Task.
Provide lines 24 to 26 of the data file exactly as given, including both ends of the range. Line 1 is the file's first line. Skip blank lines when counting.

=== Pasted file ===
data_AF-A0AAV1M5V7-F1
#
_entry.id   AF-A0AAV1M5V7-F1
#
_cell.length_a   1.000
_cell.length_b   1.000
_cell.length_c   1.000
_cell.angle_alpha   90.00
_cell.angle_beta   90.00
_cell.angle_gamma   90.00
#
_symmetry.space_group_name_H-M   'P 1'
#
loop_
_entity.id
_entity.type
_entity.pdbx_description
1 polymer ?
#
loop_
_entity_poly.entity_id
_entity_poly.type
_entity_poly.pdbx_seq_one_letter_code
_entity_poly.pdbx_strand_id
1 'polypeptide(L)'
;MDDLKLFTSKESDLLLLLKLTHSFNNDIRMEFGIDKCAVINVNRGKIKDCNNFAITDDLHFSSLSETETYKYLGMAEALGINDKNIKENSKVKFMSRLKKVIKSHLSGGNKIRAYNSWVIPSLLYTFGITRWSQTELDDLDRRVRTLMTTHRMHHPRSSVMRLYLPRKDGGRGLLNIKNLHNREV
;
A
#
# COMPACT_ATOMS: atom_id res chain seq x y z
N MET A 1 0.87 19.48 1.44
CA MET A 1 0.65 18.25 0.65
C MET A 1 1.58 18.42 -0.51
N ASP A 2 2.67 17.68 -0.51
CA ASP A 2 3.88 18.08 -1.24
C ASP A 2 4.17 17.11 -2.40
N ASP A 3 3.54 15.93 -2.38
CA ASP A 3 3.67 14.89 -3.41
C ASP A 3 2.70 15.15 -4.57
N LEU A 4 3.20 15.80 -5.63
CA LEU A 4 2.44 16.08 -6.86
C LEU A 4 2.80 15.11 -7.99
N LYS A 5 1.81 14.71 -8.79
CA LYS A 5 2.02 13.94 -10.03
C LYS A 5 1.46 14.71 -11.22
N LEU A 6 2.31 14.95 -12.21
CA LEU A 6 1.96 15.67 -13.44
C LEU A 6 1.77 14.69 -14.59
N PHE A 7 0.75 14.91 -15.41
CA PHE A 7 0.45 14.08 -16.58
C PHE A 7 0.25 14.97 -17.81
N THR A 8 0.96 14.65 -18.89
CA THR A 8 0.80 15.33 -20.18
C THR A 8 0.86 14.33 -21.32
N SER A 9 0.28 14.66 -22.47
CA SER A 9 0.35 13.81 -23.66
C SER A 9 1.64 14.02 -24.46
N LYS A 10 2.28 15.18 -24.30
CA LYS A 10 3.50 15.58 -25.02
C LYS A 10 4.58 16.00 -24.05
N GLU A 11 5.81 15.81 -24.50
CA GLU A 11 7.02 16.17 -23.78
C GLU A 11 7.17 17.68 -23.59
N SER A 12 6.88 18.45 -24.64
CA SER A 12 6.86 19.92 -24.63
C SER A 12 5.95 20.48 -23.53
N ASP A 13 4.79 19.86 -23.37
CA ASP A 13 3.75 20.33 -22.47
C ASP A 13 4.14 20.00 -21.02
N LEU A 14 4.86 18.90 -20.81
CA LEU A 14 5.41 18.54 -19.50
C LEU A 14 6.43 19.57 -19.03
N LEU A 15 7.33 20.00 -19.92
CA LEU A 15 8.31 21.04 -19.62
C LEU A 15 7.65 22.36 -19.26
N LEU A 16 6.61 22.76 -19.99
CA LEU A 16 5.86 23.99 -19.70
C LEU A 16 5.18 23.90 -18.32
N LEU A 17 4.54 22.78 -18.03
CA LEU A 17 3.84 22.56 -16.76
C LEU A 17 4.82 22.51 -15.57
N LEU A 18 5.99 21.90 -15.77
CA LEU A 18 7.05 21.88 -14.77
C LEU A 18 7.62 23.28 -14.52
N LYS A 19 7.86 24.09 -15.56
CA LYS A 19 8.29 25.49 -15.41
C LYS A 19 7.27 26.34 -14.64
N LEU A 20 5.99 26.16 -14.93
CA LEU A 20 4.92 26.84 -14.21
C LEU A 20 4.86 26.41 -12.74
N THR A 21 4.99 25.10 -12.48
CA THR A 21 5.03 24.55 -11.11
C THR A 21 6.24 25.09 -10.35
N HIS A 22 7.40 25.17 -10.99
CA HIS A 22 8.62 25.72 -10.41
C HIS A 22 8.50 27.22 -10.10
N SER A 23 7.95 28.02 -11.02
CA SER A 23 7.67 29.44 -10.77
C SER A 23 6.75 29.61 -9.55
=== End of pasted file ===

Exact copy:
_entity_poly.pdbx_strand_id
1 'polypeptide(L)'
;MDDLKLFTSKESDLLLLLKLTHSFNNDIRMEFGIDKCAVINVNRGKIKDCNNFAITDDLHFSSLSETETYKYLGMAEALGINDKNIKENSKVKFMSRLKKVIKSHLSGGNKIRAYNSWVIPSLLYTFGITRWSQTELDDLDRRVRTLMTTHRMHHPRSSVMRLYLPRKDGGRGLLNIKNLHNREV